Monticello Road is a community arts project in Charlottesville, Virginia. Through photography and a series of public events and conversations, we explore how an art can be an essential, integral and everyday part of a healthy community.
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Wednesday, August 17, 2011
The People of Monticello Road: The Local
Sam (left) is a maven of the Charlottesville Art Scene; he occasionally tends bar at the Local. On this night I ran into my studio-mate Matt and his fiance Liz, making three of my favorite people in a room full of friends.
I’m just crazy about The Local. They get it right in so many ways.
The food is terrific, the staff is friendly, and the ambiance is nearly perfect. The main room is a former photography studio (bonus points for that!) and the bar integrates light tables from that former incarnation. They give your drink a strange bluish glow. There’s a big back terrace, a quiet upstairs, which is perfect for events, and then there’s the front balcony, which has a commanding view of the street (people-watching) and a distinctly New Orleans feeling—but with views of the mountains.
The name of the place derives from the strong preference for locally-sourced ingredients, which pepper the menu but the thing that I like best about the place is that it's a gathering place for the neighborhood. That’s a direct reflection of owner Adam Frazier, who is very active and supportive of the neighborhood community. Among many other things, The Local is a major sponsor of the Clark 5K, which I co-direct, and they’ve agreed to host this exhibition (Monticello Road) after it finishes at the Bridge, plus whatever additional events/readings/etc we wish to have.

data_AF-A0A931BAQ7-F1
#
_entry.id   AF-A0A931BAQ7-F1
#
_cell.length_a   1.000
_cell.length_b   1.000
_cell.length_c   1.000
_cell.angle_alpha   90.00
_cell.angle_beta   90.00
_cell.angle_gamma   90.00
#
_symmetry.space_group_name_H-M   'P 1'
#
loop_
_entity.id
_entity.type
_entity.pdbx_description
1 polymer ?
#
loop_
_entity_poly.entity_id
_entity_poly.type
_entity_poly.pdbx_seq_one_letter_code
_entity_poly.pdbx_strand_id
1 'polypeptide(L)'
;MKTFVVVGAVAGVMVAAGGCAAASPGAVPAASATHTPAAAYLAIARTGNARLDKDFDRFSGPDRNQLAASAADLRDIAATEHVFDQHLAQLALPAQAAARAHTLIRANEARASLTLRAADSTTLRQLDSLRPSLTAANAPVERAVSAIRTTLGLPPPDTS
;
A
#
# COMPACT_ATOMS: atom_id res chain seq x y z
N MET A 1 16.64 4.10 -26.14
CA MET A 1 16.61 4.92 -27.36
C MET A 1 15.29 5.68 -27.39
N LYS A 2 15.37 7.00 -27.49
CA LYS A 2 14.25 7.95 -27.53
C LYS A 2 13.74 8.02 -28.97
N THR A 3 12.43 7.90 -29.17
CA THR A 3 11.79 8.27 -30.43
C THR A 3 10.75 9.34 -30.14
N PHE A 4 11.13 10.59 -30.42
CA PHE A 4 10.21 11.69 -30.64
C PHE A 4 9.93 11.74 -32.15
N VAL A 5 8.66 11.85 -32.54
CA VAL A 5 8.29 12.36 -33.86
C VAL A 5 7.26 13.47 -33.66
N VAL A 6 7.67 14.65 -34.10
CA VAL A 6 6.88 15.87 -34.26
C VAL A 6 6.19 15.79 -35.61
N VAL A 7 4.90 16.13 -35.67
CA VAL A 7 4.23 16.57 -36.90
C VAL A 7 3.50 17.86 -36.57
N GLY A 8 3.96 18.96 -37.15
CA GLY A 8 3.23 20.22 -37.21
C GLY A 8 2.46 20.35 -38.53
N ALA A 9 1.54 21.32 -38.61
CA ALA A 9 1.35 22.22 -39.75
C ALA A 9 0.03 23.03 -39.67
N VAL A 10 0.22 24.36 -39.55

The Local gives a lot to the community, but the neighborhood supports the restaurant with many regular customers. It’s a terrific and central place to meet, there’s plenty of room (even though it can be quite busy there), and I’m assured to run into someone I know there. Something about the place encourages dialog between strangers and I have made a habit of going there regularly in search of participants for this project—and I always leave knowing a few more people.
I had planned to dedicate this entry to the periodic musical gathering there, where I do much of my "research." Upon surveying the room, however, most everyone told me that it was crowded enough and that I should not spread the word. So I won’t say when it happens but I will say that it’s shockingly good.
The whole experience there is great—relaxing and well worth a trip. When you visit Monticello Road, stop in for a beer or a meal. It’s an essential part of the experience and one that will leave you completely satisfied.
The People of Monticello Road is a weekly series of profiles that will run through the summer. Monticello Road is a photography and story-telling project about the people and places along a mile-long byway that is simultaneously humble and historic, home to many and a reflection of us all. There will be an exhibition and much more in the Spring of 2012.
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